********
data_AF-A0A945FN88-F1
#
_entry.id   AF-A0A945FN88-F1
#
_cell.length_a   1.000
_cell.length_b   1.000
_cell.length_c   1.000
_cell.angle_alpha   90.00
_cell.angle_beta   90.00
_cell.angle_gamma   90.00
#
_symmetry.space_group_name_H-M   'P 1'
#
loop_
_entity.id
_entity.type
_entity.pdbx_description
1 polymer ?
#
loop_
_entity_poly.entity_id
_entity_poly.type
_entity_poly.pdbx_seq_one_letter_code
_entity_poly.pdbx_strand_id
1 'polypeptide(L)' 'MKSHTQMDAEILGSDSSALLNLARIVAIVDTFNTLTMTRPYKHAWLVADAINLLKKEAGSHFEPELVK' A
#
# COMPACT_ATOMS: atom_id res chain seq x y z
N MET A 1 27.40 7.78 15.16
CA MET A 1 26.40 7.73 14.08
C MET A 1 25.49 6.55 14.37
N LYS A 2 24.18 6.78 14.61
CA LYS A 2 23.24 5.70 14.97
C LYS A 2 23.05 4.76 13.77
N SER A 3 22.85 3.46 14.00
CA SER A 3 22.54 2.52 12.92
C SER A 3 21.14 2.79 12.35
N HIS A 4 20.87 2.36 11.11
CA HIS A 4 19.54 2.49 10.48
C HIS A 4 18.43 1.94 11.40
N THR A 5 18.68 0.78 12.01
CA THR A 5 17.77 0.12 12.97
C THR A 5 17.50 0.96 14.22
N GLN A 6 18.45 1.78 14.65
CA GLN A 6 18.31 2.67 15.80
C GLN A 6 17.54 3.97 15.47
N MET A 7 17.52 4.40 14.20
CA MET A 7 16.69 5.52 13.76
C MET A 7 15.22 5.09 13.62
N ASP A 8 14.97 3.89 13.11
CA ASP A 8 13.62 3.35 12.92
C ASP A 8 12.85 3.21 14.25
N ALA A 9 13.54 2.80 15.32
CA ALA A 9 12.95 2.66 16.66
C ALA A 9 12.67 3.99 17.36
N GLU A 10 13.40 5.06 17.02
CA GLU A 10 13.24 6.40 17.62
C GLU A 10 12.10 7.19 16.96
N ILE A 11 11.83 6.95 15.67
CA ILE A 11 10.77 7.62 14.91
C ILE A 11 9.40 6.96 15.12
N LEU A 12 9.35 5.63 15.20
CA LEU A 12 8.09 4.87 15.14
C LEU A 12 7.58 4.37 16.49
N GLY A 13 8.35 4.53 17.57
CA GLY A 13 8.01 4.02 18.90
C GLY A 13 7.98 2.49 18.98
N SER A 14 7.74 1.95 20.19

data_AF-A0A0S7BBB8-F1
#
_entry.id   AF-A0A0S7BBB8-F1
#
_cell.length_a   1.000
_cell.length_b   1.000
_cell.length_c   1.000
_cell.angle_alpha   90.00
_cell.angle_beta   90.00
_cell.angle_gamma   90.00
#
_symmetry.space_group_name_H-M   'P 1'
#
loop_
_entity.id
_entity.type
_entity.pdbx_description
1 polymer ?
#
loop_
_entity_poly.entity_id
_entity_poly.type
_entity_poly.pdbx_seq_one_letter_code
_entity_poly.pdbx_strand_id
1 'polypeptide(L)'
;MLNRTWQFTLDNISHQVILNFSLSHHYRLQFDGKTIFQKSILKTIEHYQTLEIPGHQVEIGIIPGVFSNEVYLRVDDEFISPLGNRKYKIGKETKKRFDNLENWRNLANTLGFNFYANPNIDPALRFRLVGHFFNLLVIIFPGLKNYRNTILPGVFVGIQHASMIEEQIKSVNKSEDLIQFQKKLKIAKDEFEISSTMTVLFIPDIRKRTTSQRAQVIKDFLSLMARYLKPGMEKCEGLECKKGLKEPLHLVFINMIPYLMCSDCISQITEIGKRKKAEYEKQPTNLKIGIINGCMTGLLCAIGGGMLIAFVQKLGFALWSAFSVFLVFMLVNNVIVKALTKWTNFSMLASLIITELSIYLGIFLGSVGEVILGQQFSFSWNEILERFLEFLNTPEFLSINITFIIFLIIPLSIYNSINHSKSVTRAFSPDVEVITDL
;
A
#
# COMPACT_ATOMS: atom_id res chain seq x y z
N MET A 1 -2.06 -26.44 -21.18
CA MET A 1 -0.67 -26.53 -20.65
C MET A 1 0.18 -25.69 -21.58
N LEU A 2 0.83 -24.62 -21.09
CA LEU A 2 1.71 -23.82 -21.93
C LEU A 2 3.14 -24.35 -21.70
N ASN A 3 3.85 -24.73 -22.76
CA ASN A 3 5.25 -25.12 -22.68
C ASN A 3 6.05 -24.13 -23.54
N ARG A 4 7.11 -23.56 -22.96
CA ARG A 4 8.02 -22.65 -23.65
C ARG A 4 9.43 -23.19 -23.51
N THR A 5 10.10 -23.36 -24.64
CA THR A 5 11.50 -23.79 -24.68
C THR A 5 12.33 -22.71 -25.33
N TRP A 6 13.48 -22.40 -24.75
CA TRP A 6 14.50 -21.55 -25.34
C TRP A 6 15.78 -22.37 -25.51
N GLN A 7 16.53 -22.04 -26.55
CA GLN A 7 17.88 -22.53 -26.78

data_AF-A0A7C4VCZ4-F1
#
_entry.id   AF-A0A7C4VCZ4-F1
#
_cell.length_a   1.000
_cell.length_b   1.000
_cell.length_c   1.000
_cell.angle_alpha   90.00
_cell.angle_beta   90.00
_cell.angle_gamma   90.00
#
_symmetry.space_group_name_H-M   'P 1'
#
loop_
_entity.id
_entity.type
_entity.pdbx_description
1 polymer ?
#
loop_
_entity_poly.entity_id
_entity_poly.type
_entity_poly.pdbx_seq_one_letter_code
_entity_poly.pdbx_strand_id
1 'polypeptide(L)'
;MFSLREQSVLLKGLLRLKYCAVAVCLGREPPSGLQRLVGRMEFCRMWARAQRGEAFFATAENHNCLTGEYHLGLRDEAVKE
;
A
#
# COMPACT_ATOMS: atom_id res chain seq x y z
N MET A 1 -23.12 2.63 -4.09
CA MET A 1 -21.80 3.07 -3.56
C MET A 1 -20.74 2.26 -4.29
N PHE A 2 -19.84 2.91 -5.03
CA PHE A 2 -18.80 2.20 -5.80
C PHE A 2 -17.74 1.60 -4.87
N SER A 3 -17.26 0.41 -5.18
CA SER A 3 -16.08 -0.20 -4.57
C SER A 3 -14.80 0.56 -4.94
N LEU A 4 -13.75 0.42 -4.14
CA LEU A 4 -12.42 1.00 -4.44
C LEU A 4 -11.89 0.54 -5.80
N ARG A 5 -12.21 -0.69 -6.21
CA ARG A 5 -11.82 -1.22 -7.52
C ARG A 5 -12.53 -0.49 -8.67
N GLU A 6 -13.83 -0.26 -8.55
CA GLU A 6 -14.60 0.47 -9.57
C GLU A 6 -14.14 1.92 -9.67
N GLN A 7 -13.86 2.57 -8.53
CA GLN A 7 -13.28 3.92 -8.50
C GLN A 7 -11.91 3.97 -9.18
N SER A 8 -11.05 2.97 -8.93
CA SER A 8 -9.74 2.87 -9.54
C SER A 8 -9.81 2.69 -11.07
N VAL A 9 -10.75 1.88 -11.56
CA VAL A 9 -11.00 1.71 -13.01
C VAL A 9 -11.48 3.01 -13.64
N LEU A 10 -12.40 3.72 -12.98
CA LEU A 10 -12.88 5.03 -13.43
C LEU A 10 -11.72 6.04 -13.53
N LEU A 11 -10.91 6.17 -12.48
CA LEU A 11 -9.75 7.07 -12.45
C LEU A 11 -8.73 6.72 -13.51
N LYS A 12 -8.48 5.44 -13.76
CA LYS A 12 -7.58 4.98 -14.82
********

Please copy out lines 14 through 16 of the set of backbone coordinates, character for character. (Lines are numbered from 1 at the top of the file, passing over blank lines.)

loop_
_entity.id
_entity.type